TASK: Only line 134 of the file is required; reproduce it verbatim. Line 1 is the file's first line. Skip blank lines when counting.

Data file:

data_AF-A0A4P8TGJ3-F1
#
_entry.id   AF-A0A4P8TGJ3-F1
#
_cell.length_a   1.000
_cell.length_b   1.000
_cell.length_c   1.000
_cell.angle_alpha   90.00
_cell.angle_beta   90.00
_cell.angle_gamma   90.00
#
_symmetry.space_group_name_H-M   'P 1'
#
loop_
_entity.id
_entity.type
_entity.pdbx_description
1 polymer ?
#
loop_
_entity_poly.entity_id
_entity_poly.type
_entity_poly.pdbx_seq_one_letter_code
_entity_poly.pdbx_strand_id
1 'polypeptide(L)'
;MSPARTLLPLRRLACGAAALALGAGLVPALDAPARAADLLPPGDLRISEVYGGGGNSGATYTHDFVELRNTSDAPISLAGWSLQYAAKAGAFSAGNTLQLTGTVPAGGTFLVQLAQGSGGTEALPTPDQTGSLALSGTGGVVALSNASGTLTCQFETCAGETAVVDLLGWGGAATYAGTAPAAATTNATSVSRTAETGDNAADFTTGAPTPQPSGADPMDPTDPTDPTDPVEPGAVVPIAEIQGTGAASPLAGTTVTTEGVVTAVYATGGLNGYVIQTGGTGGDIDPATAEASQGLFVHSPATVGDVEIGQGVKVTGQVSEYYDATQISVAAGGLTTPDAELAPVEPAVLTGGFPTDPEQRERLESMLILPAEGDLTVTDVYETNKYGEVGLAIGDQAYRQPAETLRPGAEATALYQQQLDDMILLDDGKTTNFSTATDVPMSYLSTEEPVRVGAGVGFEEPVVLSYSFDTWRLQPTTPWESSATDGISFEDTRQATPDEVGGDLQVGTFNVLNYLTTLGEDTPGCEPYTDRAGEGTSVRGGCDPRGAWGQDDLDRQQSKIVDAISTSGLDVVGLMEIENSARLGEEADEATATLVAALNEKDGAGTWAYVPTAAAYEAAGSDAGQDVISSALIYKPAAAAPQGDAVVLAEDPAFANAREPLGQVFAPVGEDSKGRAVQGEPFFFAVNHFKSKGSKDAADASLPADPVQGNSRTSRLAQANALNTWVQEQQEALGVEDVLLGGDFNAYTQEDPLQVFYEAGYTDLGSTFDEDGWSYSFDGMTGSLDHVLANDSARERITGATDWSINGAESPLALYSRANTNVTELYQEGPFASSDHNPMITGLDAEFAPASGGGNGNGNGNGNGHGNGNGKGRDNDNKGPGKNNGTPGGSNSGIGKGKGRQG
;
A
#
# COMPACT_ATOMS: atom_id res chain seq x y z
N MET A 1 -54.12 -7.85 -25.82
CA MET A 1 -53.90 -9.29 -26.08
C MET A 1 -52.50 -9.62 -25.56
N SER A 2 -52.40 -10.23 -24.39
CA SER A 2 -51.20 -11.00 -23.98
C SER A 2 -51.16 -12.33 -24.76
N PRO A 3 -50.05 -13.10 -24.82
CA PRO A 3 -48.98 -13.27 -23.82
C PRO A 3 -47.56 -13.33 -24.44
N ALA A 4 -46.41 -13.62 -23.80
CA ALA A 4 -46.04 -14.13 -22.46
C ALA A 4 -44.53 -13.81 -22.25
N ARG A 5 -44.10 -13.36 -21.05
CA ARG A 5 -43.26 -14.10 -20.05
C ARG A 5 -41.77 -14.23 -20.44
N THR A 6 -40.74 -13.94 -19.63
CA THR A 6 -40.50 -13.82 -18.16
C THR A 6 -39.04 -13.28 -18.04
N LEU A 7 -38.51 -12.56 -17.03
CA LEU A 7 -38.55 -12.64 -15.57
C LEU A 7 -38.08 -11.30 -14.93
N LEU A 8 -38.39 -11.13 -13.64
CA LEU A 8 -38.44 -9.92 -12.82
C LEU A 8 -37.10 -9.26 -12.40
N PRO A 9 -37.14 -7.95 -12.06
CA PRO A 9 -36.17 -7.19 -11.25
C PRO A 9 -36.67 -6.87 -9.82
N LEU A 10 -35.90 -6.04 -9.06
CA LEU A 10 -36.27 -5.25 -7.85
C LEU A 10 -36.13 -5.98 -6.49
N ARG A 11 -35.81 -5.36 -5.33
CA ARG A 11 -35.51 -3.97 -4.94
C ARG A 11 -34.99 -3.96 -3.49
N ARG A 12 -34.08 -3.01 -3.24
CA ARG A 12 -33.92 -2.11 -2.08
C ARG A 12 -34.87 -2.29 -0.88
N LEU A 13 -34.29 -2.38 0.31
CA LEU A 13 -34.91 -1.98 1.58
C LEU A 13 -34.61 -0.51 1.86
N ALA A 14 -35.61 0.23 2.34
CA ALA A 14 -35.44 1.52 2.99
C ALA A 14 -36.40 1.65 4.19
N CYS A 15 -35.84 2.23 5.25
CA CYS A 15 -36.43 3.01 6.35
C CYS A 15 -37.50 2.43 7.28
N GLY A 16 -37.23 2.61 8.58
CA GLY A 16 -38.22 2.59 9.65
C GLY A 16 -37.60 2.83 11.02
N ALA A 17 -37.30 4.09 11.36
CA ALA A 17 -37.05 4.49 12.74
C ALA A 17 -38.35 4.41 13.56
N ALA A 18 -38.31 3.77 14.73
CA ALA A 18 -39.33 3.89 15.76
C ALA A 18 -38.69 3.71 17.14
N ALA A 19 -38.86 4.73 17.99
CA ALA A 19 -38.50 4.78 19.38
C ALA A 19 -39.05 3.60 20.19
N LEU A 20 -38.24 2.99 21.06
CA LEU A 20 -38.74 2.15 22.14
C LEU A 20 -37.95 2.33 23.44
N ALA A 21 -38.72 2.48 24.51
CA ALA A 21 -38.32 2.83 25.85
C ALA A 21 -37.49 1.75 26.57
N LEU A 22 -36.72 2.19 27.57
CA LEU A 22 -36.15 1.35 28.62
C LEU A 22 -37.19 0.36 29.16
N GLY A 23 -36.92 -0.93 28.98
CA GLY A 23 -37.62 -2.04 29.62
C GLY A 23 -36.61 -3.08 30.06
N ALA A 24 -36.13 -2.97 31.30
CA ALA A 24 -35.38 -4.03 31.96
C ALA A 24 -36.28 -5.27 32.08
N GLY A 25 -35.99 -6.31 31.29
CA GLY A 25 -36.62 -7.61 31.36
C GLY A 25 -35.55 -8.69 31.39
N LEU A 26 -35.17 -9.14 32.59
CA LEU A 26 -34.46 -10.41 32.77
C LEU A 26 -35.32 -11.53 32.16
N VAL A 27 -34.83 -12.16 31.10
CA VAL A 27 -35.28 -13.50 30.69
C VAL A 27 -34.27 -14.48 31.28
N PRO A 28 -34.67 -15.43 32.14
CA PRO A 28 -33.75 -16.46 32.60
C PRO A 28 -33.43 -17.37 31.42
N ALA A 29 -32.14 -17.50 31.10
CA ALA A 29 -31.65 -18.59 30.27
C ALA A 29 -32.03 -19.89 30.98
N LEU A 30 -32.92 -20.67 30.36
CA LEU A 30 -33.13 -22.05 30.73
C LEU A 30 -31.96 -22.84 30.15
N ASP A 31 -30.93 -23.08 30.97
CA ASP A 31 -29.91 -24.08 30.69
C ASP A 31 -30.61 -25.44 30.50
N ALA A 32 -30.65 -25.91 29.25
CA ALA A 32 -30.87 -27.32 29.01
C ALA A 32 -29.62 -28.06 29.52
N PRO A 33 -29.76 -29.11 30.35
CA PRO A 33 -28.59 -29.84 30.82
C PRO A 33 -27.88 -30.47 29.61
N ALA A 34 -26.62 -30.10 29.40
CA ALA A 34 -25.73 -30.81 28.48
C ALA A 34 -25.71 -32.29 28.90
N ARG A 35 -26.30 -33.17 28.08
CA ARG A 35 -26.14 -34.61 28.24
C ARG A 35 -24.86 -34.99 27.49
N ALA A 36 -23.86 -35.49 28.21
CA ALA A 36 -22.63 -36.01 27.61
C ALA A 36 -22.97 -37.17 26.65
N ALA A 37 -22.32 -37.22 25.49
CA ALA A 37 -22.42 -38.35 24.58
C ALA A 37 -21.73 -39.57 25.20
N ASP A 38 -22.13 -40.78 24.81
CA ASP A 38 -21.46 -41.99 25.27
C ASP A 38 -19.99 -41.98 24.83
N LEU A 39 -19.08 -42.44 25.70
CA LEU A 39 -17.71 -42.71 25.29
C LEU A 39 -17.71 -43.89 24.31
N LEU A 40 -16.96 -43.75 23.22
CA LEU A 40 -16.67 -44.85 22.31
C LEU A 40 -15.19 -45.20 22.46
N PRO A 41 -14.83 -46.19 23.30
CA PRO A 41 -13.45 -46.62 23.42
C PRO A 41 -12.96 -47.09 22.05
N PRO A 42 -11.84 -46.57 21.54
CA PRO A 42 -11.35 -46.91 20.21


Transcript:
CA ARG A 35 -26.14 -34.61 28.24